Fiction For You

Romance and story telling from the desk of a master


Here are the mere ideas, the fitful starts that didn't even qualify to become the Unfinished Novels (see previous page).


On the following pages, Mickey Scantlebury will share with you some of the plans and dreams that she went through before coming up with the novels that people so dearly love.


Read, sample and enjoy.
Then give us your comments, (see 'Comments' page, link on left).
We will be delighted to hear your thoughts.


Discuss it with your friends.
Maybe some of these plans deserve to be more than they are.
Maybe they need writing, need finishing.
What do you think?
What do you all think?


For instance, here's a story with potential - - -

The Counterfeit Prince


It's fun being right at the heart of things, thinks ROMEY PATTERSON. She's in charge of Wardrobe at 'T.V. Northwest', one of the biggest, most go-ahead television companies in Britain. That particular week, Romey is in charge of getting together costumes for a lavish production of Shakespeare's 'Troilus and Cressida', and is rushed off her feet. Still, she finds time for her young assistant, JEZ HALL, a student from the University on placement at the TV centre. Also, her many friends in the different departments of the enormous building, Many of them turn to Romey for advice on clothes and fashion, and the practical help that her team of seamstresses can give them with repairs and alterations.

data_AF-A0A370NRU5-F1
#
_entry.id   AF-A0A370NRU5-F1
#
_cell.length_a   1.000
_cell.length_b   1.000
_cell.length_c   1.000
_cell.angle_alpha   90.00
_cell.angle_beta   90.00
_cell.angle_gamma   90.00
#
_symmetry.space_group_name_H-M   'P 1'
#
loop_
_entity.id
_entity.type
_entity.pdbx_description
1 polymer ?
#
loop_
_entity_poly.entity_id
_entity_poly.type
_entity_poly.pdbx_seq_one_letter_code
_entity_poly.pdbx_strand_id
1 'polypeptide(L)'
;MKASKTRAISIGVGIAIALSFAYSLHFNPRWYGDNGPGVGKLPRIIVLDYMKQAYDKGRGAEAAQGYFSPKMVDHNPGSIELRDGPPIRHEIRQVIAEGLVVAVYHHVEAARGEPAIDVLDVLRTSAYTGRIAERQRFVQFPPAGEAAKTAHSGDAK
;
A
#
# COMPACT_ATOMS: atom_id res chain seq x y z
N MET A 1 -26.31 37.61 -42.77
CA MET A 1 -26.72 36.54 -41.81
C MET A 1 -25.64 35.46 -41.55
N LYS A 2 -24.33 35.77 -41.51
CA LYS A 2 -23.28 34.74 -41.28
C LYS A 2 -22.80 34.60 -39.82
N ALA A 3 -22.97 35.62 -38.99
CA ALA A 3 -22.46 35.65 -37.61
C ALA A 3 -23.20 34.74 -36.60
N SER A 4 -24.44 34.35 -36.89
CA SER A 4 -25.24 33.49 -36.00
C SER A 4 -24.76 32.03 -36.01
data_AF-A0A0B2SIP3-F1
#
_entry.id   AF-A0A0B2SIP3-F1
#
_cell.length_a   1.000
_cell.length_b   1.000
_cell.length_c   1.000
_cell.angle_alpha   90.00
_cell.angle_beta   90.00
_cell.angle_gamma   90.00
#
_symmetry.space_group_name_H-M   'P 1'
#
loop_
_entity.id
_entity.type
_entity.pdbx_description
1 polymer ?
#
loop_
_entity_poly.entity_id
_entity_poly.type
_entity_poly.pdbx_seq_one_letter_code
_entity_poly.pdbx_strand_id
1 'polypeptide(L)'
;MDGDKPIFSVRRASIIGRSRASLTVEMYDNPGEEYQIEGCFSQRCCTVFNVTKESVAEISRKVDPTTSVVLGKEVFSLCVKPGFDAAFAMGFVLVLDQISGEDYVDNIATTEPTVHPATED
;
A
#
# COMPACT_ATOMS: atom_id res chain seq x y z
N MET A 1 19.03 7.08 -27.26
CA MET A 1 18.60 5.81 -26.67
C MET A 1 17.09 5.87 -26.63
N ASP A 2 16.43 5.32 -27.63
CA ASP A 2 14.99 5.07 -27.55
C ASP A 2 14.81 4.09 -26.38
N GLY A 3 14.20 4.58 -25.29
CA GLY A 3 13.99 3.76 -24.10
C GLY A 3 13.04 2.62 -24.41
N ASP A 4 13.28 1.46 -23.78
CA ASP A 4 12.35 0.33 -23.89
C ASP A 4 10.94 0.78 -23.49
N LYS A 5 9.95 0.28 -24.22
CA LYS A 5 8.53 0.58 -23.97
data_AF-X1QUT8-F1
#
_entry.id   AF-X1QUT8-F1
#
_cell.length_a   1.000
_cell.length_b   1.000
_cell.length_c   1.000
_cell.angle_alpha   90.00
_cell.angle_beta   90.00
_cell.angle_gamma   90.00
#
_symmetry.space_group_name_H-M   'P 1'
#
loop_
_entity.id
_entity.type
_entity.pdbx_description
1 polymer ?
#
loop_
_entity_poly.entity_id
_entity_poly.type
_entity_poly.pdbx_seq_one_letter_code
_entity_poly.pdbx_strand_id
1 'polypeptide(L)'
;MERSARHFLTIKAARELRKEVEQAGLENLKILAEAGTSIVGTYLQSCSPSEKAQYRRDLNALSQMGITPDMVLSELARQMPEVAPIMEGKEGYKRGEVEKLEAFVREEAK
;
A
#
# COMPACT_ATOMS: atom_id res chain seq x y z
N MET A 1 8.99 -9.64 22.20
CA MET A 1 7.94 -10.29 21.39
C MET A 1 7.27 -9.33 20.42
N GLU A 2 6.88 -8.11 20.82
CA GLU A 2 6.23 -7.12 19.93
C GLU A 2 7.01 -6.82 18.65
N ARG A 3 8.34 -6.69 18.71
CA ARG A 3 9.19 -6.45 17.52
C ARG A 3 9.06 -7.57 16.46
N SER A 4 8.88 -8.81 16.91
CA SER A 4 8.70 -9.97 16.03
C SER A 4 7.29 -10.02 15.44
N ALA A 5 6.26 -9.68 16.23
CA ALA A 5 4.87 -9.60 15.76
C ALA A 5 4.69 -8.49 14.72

Romey goes up to the Third Floor, Production, to deliver a gown to her pal Fiona. It's for a lavish ball the company has organised for charity. Fiona is distraught: she is in charge of sending out invitations, and one has been returned by the Post Office, marked 'Resident Gone Away'. The ball is that evening, but despite many calls Fiona hasn't managed to track down the celebrity. Ah well, Fiona says jokingly, maybe I can give the card away! Then she has a better idea - she'll give it to Romey. Romey is flattered, but baffled: how can she possibly go to such an occassion? Fiona laughs: you'll certainly have the clothes for it, she says.


Back in the basement, Romey reveals her invitation to Jez. Of course I can't possibly go, Romey says. Nonsense, the student tells her, and begins hunting for a suitable costume. But they'll recognise me, Romey pleads. Jez gets organised and finds a make-up assistant and a wig man to work a transformation on Romey. In hours, she is coiffured and beautiful, the Belle of the Ball. It started as a joke, but looking in the mirror, Romey is convinced: it's worth a try.